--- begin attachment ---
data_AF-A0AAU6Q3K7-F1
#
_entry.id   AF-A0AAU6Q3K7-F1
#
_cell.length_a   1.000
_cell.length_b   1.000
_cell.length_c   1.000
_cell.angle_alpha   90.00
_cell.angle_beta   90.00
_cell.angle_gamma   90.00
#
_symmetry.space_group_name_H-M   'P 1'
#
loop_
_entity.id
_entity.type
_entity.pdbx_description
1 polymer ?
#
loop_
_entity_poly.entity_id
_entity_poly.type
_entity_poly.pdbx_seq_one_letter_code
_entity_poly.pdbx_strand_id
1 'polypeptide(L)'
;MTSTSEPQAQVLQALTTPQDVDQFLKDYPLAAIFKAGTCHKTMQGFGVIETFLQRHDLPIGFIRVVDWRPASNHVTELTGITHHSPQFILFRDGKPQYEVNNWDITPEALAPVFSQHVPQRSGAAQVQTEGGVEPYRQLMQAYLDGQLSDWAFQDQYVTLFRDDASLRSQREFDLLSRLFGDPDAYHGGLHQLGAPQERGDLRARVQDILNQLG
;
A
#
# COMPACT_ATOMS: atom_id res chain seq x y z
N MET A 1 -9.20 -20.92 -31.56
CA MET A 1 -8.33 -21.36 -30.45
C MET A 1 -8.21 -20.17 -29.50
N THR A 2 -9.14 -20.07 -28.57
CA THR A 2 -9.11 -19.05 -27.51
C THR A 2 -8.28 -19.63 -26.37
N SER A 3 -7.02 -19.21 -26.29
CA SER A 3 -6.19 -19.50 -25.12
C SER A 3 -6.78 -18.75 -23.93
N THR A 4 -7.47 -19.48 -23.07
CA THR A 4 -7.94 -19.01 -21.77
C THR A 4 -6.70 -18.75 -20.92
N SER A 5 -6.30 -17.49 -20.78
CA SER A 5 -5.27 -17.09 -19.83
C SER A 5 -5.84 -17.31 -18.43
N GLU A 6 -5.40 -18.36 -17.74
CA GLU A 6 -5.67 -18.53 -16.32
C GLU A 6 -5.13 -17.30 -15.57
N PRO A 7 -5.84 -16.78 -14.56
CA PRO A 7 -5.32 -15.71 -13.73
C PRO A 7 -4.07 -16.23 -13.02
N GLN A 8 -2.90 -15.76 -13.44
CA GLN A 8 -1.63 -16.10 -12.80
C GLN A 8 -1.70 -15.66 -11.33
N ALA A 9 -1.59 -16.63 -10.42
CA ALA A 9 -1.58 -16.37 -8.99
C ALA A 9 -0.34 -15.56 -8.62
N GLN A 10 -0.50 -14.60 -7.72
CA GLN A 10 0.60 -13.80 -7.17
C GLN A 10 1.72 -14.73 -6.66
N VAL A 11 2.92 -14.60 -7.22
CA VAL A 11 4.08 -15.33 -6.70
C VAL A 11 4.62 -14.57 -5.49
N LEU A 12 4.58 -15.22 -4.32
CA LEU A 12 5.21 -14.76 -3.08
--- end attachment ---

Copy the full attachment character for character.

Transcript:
data_AF-A0AAU6Q3K7-F1
#
_entry.id   AF-A0AAU6Q3K7-F1
#
_cell.length_a   1.000
_cell.length_b   1.000
_cell.length_c   1.000
_cell.angle_alpha   90.00
_cell.angle_beta   90.00
_cell.angle_gamma   90.00
#
_symmetry.space_group_name_H-M   'P 1'
#
loop_
_entity.id
_entity.type
_entity.pdbx_description
1 polymer ?
#
loop_
_entity_poly.entity_id
_entity_poly.type
_entity_poly.pdbx_seq_one_letter_code
_entity_poly.pdbx_strand_id
1 'polypeptide(L)'
;MTSTSEPQAQVLQALTTPQDVDQFLKDYPLAAIFKAGTCHKTMQGFGVIETFLQRHDLPIGFIRVVDWRPASNHVTELTGITHHSPQFILFRDGKPQYEVNNWDITPEALAPVFSQHVPQRSGAAQVQTEGGVEPYRQLMQAYLDGQLSDWAFQDQYVTLFRDDASLRSQREFDLLSRLFGDPDAYHGGLHQLGAPQERGDLRARVQDILNQLG
;
A
#
# COMPACT_ATOMS: atom_id res chain seq x y z
N MET A 1 -9.20 -20.92 -31.56
CA MET A 1 -8.33 -21.36 -30.45
C MET A 1 -8.21 -20.17 -29.50
N THR A 2 -9.14 -20.07 -28.57
CA THR A 2 -9.11 -19.05 -27.51
C THR A 2 -8.28 -19.63 -26.37
N SER A 3 -7.02 -19.21 -26.29
CA SER A 3 -6.19 -19.50 -25.12
C SER A 3 -6.78 -18.75 -23.93
N THR A 4 -7.47 -19.48 -23.07
CA THR A 4 -7.94 -19.01 -21.77
C THR A 4 -6.70 -18.75 -20.92
N SER A 5 -6.30 -17.49 -20.78
CA SER A 5 -5.27 -17.09 -19.83
C SER A 5 -5.84 -17.31 -18.43
N GLU A 6 -5.40 -18.36 -17.74
CA GLU A 6 -5.67 -18.53 -16.32
C GLU A 6 -5.13 -17.30 -15.57
N PRO A 7 -5.84 -16.78 -14.56
CA PRO A 7 -5.32 -15.71 -13.73
C PRO A 7 -4.07 -16.23 -13.02
N GLN A 8 -2.90 -15.76 -13.44
CA GLN A 8 -1.63 -16.10 -12.80
C GLN A 8 -1.70 -15.66 -11.33
N ALA A 9 -1.59 -16.63 -10.42
CA ALA A 9 -1.58 -16.37 -8.99
C ALA A 9 -0.34 -15.56 -8.62
N GLN A 10 -0.50 -14.60 -7.72
CA GLN A 10 0.60 -13.80 -7.17
C GLN A 10 1.72 -14.73 -6.66
N VAL A 11 2.92 -14.60 -7.22
CA VAL A 11 4.08 -15.33 -6.70
C VAL A 11 4.62 -14.57 -5.49
N LEU A 12 4.58 -15.22 -4.32
CA LEU A 12 5.21 -14.76 -3.08